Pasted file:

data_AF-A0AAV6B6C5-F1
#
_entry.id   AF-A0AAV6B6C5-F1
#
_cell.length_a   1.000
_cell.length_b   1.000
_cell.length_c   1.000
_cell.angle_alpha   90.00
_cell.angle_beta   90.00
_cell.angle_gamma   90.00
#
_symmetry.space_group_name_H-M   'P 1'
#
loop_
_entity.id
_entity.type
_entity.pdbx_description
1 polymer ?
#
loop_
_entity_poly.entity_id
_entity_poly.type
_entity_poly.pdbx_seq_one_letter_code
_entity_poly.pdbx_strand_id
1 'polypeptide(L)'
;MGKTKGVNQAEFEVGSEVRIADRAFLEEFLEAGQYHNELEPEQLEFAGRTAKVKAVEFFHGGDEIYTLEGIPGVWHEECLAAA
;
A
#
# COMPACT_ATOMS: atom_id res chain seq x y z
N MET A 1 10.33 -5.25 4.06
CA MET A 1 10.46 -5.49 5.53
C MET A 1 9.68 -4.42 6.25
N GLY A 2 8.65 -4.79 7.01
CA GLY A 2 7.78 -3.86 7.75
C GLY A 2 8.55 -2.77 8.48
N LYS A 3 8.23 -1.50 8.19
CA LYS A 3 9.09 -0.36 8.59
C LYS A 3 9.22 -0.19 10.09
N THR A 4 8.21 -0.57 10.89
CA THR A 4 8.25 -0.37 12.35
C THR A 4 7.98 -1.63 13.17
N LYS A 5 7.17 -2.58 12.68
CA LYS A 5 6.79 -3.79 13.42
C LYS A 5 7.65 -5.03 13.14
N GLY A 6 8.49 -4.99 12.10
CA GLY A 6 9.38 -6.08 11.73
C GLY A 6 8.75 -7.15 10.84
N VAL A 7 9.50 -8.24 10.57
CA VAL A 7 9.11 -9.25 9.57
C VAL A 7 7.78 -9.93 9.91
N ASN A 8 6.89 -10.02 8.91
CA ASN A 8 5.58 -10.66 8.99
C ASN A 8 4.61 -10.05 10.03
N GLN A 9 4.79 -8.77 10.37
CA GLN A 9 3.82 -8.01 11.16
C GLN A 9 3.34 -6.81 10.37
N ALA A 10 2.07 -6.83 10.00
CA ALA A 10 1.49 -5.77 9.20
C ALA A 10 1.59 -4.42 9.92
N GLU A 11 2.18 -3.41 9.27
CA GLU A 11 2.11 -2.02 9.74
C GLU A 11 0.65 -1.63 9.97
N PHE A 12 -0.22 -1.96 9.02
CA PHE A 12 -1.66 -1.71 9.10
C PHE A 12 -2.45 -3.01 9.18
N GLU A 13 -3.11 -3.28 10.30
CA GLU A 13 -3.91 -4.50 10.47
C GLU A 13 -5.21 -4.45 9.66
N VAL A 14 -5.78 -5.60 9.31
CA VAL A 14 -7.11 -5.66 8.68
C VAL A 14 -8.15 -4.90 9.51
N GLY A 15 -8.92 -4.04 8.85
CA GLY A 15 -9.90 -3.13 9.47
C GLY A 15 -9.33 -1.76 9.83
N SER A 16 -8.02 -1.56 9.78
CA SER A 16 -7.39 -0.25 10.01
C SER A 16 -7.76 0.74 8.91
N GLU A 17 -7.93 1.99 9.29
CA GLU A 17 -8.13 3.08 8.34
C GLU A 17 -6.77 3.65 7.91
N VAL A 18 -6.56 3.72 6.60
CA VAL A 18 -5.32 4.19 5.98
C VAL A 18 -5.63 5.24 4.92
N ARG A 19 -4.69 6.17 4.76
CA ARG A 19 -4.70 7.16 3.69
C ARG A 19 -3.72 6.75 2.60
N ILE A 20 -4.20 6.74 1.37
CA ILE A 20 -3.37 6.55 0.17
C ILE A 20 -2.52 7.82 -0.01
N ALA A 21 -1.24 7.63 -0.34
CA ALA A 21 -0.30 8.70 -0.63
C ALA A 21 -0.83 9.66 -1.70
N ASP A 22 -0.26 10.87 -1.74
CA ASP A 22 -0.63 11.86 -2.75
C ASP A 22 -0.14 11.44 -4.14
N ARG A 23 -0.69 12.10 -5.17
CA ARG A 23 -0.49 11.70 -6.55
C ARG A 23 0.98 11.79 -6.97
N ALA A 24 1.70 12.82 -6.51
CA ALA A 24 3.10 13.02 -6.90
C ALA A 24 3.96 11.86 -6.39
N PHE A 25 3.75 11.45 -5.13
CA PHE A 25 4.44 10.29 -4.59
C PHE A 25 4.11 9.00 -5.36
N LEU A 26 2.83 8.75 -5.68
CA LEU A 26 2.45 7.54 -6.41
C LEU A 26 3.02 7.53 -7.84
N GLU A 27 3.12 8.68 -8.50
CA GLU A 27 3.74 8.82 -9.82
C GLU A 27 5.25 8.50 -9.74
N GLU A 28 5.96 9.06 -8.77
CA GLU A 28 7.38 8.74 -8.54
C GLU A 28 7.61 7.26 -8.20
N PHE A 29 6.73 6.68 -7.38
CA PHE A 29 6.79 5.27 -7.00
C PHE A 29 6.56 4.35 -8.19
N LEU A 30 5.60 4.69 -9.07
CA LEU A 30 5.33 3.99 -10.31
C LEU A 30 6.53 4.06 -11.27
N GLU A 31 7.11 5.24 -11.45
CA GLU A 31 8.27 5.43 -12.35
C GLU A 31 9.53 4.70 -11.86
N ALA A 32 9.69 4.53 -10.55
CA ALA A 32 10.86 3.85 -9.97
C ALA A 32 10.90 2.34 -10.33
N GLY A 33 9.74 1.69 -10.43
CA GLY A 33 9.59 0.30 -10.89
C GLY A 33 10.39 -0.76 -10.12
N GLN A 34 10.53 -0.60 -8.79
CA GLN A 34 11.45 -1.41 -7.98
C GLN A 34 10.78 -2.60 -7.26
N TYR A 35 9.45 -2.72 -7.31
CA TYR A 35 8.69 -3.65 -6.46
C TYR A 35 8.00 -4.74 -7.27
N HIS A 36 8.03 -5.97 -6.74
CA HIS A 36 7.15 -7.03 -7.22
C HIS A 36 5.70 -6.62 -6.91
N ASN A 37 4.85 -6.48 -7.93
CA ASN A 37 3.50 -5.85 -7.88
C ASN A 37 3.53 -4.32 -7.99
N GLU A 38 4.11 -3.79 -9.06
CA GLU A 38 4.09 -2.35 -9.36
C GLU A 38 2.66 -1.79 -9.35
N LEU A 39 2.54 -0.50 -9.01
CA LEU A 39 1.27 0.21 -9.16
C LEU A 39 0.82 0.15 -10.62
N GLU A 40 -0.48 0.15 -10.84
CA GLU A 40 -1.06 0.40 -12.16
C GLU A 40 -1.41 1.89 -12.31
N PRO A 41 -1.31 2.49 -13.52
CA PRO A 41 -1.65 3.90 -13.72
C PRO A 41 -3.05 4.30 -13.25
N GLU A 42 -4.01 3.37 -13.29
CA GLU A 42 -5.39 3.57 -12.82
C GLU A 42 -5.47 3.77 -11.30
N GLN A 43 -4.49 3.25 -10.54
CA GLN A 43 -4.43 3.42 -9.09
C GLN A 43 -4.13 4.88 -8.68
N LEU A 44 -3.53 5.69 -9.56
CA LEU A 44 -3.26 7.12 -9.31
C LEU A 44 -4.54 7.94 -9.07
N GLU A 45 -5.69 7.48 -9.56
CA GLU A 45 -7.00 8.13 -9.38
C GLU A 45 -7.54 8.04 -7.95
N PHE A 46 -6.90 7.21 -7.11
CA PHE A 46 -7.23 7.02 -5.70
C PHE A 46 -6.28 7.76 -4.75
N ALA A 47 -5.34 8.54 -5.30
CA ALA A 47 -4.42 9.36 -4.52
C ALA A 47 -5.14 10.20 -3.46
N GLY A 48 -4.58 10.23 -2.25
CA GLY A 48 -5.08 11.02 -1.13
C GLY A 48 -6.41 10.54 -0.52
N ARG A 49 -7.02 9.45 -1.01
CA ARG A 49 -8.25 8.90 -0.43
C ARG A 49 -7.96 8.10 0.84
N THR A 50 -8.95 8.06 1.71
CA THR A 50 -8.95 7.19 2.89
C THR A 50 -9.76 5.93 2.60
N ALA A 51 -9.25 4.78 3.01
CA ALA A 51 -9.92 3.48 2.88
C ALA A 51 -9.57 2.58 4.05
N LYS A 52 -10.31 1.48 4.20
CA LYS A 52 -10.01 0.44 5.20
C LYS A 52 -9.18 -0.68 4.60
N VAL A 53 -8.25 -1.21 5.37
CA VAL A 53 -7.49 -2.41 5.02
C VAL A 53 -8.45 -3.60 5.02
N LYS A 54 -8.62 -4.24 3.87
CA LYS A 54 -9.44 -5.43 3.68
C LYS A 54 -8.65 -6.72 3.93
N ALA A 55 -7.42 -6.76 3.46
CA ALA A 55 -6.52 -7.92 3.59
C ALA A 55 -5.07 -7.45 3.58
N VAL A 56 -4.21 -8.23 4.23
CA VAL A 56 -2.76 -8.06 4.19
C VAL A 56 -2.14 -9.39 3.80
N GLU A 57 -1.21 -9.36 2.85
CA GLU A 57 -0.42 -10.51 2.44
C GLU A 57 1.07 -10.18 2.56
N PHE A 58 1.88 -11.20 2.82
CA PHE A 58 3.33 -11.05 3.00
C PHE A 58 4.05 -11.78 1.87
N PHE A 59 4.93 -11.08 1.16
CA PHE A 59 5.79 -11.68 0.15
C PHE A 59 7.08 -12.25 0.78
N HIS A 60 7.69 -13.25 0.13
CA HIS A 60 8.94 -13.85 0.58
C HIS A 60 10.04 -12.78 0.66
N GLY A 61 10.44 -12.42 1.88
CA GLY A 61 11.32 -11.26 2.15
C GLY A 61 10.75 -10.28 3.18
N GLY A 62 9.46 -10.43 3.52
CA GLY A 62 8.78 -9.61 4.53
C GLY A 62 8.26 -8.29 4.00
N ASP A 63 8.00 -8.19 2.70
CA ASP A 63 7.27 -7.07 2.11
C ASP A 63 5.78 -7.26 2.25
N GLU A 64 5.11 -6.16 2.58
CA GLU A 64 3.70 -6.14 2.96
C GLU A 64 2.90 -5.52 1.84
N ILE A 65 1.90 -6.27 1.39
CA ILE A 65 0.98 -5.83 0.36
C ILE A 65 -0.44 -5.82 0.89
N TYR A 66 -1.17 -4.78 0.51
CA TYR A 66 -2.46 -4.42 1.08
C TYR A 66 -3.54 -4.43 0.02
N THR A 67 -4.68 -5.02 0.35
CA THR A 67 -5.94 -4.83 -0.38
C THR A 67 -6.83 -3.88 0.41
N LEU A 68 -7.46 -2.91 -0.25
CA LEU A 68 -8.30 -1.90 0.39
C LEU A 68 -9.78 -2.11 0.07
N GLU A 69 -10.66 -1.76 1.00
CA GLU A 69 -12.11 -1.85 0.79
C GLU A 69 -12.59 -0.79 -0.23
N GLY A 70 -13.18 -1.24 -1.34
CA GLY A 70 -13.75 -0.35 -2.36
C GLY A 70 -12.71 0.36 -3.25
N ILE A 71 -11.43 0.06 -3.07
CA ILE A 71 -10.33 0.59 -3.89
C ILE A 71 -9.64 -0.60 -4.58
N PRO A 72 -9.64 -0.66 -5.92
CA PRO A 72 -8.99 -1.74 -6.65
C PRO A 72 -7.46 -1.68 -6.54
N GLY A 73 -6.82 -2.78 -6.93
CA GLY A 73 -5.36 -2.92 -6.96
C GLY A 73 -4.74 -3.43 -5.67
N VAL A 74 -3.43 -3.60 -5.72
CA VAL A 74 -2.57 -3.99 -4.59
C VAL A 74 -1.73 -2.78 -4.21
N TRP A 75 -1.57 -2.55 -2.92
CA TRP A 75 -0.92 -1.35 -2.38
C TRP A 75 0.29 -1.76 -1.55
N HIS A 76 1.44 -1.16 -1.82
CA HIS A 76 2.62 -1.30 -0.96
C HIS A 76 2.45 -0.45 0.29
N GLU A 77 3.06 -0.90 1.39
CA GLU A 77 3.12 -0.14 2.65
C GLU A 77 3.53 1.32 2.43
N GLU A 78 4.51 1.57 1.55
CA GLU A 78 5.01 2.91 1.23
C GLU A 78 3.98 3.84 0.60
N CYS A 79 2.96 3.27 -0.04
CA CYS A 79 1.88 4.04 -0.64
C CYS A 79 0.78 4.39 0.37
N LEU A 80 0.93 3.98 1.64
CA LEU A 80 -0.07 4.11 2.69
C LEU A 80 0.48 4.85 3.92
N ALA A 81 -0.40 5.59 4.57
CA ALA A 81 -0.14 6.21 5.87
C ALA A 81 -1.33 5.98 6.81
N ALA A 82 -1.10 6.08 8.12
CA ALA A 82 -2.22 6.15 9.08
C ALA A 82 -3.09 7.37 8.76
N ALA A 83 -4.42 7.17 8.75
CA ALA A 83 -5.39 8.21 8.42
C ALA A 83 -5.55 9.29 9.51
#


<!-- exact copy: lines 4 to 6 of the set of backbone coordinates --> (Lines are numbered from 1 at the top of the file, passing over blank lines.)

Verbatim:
#
_cell.length_a   1.000
_cell.length_b   1.000